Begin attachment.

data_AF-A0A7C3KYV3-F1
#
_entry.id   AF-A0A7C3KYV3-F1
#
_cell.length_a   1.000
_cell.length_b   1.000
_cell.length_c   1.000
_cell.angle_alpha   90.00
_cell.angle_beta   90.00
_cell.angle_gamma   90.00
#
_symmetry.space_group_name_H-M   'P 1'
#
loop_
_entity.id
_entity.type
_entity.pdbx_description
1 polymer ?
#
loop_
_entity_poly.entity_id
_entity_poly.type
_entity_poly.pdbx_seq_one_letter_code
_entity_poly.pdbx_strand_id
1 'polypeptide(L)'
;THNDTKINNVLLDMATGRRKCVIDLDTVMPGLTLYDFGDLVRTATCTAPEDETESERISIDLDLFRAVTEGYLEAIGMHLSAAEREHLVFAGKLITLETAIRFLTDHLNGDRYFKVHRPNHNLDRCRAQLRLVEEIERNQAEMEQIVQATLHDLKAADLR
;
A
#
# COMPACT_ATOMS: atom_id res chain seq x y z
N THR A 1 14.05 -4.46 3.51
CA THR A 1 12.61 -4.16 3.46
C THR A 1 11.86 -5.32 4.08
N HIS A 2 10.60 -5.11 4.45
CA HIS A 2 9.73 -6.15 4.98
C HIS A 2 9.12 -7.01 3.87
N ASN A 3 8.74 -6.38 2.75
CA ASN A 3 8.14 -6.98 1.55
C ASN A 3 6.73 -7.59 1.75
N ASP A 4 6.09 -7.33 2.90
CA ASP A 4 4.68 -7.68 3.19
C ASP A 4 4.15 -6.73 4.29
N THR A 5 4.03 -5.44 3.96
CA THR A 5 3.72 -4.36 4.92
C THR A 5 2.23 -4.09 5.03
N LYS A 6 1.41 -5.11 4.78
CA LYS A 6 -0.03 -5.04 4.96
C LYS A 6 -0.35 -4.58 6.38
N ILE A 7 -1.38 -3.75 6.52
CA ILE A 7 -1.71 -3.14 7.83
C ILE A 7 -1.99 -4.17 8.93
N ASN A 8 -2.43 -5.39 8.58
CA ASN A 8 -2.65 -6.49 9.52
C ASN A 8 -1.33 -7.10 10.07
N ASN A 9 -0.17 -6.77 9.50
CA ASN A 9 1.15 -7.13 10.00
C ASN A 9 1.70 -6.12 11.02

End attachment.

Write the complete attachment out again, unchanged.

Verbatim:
data_AF-A0A7C3KYV3-F1
#
_entry.id   AF-A0A7C3KYV3-F1
#
_cell.length_a   1.000
_cell.length_b   1.000
_cell.length_c   1.000
_cell.angle_alpha   90.00
_cell.angle_beta   90.00
_cell.angle_gamma   90.00
#
_symmetry.space_group_name_H-M   'P 1'
#
loop_
_entity.id
_entity.type
_entity.pdbx_description
1 polymer ?
#
loop_
_entity_poly.entity_id
_entity_poly.type
_entity_poly.pdbx_seq_one_letter_code
_entity_poly.pdbx_strand_id
1 'polypeptide(L)'
;THNDTKINNVLLDMATGRRKCVIDLDTVMPGLTLYDFGDLVRTATCTAPEDETESERISIDLDLFRAVTEGYLEAIGMHLSAAEREHLVFAGKLITLETAIRFLTDHLNGDRYFKVHRPNHNLDRCRAQLRLVEEIERNQAEMEQIVQATLHDLKAADLR
;
A
#
# COMPACT_ATOMS: atom_id res chain seq x y z
N THR A 1 14.05 -4.46 3.51
CA THR A 1 12.61 -4.16 3.46
C THR A 1 11.86 -5.32 4.08
N HIS A 2 10.60 -5.11 4.45
CA HIS A 2 9.73 -6.15 4.98
C HIS A 2 9.12 -7.01 3.87
N ASN A 3 8.74 -6.38 2.75
CA ASN A 3 8.14 -6.98 1.55
C ASN A 3 6.73 -7.59 1.75
N ASP A 4 6.09 -7.33 2.90
CA ASP A 4 4.68 -7.68 3.19
C ASP A 4 4.15 -6.73 4.29
N THR A 5 4.03 -5.44 3.96
CA THR A 5 3.72 -4.36 4.92
C THR A 5 2.23 -4.09 5.03
N LYS A 6 1.41 -5.11 4.78
CA LYS A 6 -0.03 -5.04 4.96
C LYS A 6 -0.35 -4.58 6.38
N ILE A 7 -1.38 -3.75 6.52
CA ILE A 7 -1.71 -3.14 7.83
C ILE A 7 -1.99 -4.17 8.93
N ASN A 8 -2.43 -5.39 8.58
CA ASN A 8 -2.65 -6.49 9.52
C ASN A 8 -1.33 -7.10 10.07
N ASN A 9 -0.17 -6.77 9.50
CA ASN A 9 1.15 -7.13 10.00
C ASN A 9 1.70 -6.12 11.02